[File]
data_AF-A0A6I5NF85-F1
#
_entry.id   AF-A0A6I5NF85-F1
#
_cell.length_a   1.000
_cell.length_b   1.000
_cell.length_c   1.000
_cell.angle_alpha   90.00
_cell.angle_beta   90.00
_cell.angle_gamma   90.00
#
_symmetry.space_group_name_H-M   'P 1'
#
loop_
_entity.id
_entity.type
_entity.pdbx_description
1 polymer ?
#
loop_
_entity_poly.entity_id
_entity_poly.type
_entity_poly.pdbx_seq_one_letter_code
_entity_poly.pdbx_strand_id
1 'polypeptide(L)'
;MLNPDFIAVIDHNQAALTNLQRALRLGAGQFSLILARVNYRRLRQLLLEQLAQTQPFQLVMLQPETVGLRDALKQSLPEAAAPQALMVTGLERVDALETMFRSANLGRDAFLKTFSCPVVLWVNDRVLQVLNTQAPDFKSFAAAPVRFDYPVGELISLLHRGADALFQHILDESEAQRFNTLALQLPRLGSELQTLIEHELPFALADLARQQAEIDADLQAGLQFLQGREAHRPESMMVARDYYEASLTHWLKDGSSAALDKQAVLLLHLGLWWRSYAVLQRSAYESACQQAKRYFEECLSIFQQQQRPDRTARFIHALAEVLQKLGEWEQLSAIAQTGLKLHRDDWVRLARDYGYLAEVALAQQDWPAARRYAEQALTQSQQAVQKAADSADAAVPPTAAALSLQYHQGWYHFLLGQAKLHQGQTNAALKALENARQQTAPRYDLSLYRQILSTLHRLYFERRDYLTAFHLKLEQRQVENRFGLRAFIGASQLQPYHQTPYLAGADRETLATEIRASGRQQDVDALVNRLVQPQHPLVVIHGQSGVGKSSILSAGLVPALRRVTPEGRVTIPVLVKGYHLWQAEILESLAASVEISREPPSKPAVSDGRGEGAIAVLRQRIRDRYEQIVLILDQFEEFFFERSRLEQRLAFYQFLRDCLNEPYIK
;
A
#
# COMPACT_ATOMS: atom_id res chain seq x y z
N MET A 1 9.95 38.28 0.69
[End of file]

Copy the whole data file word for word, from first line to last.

data_AF-A0A6I5NF85-F1
#
_entry.id   AF-A0A6I5NF85-F1
#
_cell.length_a   1.000
_cell.length_b   1.000
_cell.length_c   1.000
_cell.angle_alpha   90.00
_cell.angle_beta   90.00
_cell.angle_gamma   90.00
#
_symmetry.space_group_name_H-M   'P 1'
#
loop_
_entity.id
_entity.type
_entity.pdbx_description
1 polymer ?
#
loop_
_entity_poly.entity_id
_entity_poly.type
_entity_poly.pdbx_seq_one_letter_code
_entity_poly.pdbx_strand_id
1 'polypeptide(L)'
;MLNPDFIAVIDHNQAALTNLQRALRLGAGQFSLILARVNYRRLRQLLLEQLAQTQPFQLVMLQPETVGLRDALKQSLPEAAAPQALMVTGLERVDALETMFRSANLGRDAFLKTFSCPVVLWVNDRVLQVLNTQAPDFKSFAAAPVRFDYPVGELISLLHRGADALFQHILDESEAQRFNTLALQLPRLGSELQTLIEHELPFALADLARQQAEIDADLQAGLQFLQGREAHRPESMMVARDYYEASLTHWLKDGSSAALDKQAVLLLHLGLWWRSYAVLQRSAYESACQQAKRYFEECLSIFQQQQRPDRTARFIHALAEVLQKLGEWEQLSAIAQTGLKLHRDDWVRLARDYGYLAEVALAQQDWPAARRYAEQALTQSQQAVQKAADSADAAVPPTAAALSLQYHQGWYHFLLGQAKLHQGQTNAALKALENARQQTAPRYDLSLYRQILSTLHRLYFERRDYLTAFHLKLEQRQVENRFGLRAFIGASQLQPYHQTPYLAGADRETLATEIRASGRQQDVDALVNRLVQPQHPLVVIHGQSGVGKSSILSAGLVPALRRVTPEGRVTIPVLVKGYHLWQAEILESLAASVEISREPPSKPAVSDGRGEGAIAVLRQRIRDRYEQIVLILDQFEEFFFERSRLEQRLAFYQFLRDCLNEPYIK
;
A
#
# COMPACT_ATOMS: atom_id res chain seq x y z
N MET A 1 9.95 38.28 0.69